Have mercy upon me, O God, according to thy lovingkindness: according unto the multitude of thy tender mercies blot out my transgressions. … Purge me with hyssop, and I shall be clean: wash me, and I shall be whiter than snow. Psalm 51:1,7
My father was an Irish Catholic and a true believer. He was not a saint, but a sinner. He felt things so deeply, and often acted badly out of frustration, fear, and an acute sense of loneliness. Every day, he vowed to be better, to try and change; when he failed, he was contrite and prayed for forgiveness. He was a soul who struggled, and in witnessing his heartfelt pain that turned to a merciful God for redemption and salvation, I saw his absolute faith in the Power and Love of our Creator. My father gave me my complete faith in my Father in Heaven, and the altering love of Christ, and the unending consolation of the Holy Spirit.
My father died some years ago on a clear cold day in January. The night before his funeral, there was an icy snow storm that turned roads into a mushy mess and hills into treacherous slopes. Father Smythe was to have officiated at the funeral services. He was assigned as confessor to the nun’s monastery atop what is called “Sisters Hill”, normally quite curvy and steep but with the ice, impassable. A local priest was called in last minute, Father Kelly, an Irish Catholic, who made the journey to us along a safer path. My father would have loved how things worked out. Luck of the Irish!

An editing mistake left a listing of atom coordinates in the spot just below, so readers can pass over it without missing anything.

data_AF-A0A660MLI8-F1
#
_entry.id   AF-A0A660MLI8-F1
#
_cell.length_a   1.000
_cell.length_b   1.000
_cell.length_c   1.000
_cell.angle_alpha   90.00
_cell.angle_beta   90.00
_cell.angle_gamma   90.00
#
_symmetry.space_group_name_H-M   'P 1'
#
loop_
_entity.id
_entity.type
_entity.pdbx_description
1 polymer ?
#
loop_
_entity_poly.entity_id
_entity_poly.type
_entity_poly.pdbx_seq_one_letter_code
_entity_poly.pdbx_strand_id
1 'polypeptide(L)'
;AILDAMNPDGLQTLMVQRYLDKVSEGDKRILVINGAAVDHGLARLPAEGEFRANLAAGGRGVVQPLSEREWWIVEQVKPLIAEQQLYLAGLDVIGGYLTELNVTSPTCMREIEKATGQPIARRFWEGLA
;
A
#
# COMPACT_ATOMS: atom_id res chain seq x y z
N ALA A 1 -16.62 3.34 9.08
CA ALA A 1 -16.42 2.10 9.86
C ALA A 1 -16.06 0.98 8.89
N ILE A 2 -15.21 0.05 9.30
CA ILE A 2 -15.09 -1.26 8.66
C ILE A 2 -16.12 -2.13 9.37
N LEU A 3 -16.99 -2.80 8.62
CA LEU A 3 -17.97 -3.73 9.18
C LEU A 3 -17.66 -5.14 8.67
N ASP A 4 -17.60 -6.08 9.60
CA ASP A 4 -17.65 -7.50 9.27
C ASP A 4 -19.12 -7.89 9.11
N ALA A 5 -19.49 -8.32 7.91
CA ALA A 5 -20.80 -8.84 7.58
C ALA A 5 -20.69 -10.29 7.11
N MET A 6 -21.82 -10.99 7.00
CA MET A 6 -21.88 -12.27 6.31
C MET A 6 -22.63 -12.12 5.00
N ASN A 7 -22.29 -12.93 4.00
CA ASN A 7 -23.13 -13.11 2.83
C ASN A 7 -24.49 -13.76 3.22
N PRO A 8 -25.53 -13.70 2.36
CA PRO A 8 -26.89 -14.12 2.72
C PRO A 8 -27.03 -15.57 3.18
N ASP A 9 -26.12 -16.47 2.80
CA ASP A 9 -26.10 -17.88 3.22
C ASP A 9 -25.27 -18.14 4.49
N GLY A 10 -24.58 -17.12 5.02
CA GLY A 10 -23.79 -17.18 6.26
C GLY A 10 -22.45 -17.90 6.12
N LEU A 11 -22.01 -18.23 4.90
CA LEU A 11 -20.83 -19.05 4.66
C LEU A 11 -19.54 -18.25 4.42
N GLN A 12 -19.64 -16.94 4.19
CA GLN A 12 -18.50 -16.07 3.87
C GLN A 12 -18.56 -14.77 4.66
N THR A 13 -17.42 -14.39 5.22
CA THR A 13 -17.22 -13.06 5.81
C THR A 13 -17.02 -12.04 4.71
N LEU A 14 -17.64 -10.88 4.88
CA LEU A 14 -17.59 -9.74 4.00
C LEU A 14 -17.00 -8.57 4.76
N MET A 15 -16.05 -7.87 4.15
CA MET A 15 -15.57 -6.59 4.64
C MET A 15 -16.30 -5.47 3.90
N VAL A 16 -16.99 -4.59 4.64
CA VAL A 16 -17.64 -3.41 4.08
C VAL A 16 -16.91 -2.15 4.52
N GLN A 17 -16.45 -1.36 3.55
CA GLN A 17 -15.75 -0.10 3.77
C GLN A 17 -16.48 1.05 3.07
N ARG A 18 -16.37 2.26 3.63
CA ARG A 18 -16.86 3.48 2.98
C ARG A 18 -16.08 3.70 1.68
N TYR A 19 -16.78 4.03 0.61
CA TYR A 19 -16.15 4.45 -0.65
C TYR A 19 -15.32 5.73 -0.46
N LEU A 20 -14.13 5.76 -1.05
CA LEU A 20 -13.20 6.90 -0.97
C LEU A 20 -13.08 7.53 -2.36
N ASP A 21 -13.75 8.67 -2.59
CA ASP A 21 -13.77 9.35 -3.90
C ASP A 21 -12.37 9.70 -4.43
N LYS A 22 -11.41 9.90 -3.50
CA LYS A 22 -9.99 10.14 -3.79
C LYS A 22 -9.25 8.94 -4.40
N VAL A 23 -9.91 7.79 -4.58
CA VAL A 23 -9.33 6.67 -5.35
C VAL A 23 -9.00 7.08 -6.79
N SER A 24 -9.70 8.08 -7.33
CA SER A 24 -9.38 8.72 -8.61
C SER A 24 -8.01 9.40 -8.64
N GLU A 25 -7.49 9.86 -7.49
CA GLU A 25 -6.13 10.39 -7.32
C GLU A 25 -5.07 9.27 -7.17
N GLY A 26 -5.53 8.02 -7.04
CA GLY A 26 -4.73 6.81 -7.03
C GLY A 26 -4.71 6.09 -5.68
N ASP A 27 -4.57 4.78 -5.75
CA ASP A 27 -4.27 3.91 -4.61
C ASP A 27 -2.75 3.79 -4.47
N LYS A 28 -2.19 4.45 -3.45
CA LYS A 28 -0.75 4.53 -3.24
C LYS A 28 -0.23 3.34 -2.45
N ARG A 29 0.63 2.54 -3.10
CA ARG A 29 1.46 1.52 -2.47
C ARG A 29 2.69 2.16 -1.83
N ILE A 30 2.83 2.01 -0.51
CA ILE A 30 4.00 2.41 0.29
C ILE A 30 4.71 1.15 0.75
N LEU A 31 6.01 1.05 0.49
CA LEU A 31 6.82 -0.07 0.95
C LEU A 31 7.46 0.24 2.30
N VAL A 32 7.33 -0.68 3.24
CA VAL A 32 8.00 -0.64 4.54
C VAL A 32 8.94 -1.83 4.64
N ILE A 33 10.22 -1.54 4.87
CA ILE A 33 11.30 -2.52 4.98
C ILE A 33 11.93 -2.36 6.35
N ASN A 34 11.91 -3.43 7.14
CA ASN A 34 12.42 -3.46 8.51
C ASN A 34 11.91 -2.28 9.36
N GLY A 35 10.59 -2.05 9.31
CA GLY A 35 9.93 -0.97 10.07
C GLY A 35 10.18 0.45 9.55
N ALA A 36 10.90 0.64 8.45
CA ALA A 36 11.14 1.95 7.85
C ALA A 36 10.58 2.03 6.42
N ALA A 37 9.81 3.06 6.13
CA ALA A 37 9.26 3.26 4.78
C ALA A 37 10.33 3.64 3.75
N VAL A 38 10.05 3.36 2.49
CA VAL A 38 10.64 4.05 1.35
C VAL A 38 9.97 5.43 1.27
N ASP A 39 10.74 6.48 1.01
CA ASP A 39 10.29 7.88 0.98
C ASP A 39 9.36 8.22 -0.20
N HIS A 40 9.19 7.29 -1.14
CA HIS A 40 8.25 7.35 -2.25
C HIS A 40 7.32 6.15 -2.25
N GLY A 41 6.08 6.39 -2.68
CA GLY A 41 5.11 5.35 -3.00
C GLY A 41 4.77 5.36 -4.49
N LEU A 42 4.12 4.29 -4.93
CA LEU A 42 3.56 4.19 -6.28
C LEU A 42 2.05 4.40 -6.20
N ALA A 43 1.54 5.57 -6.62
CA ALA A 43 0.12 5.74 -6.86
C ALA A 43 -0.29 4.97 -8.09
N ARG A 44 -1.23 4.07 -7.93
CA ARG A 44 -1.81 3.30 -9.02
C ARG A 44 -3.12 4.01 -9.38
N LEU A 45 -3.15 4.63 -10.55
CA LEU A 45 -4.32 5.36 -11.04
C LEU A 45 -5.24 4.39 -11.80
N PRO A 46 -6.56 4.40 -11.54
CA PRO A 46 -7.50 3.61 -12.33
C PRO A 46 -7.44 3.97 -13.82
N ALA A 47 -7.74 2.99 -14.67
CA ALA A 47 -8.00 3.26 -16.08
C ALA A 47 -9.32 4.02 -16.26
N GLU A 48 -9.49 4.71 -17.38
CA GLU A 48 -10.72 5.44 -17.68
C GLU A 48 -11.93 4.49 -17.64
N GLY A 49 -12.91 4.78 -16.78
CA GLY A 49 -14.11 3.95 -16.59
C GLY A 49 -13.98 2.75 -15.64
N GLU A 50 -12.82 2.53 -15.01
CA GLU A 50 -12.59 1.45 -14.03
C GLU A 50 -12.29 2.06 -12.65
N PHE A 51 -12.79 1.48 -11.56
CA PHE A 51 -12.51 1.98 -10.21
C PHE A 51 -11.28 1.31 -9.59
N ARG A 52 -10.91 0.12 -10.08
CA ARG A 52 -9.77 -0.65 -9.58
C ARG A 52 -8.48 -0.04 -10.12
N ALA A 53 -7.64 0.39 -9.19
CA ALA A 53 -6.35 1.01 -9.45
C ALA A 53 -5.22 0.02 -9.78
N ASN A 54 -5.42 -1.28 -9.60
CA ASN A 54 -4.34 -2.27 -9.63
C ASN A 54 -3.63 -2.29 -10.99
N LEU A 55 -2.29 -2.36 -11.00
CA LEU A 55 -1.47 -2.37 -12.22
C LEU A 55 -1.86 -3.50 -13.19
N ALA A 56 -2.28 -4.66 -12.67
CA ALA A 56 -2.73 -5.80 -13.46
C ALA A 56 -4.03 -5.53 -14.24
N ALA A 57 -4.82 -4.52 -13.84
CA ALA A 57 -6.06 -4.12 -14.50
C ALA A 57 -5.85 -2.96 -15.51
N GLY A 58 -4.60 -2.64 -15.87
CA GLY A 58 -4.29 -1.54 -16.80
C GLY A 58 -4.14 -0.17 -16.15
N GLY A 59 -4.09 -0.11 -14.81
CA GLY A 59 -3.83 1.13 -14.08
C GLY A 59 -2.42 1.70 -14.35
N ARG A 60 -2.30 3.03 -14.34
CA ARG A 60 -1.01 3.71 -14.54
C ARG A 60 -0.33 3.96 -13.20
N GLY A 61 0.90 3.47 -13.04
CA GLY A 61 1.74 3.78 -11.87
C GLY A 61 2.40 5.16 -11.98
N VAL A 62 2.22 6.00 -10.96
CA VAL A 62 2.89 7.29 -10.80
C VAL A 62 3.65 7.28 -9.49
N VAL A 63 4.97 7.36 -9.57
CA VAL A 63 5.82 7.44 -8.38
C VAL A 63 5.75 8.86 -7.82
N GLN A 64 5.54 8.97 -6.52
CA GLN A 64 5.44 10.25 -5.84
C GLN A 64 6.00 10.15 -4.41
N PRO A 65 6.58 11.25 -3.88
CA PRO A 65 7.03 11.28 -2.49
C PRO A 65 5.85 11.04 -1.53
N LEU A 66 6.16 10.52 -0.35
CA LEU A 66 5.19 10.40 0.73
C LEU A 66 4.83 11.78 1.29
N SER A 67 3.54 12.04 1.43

After an intimate prayer service at the funeral home, our family and the priest made the slushy journey to the nearby cemetery for burial. While the snow had held off for a space of time, large lovely flakes began to fall in earnest as we laid my father to his final rest. My mother and I were the last to leave the graveside. “’Wash me, and I shall be whiter than snow,’” my mother quoted. “God is tucking your father in with a blanket of white.”
This Lent, give God your broken and contrite heart, that forgiveness may be yours, and your sins cleansed whiter than snow.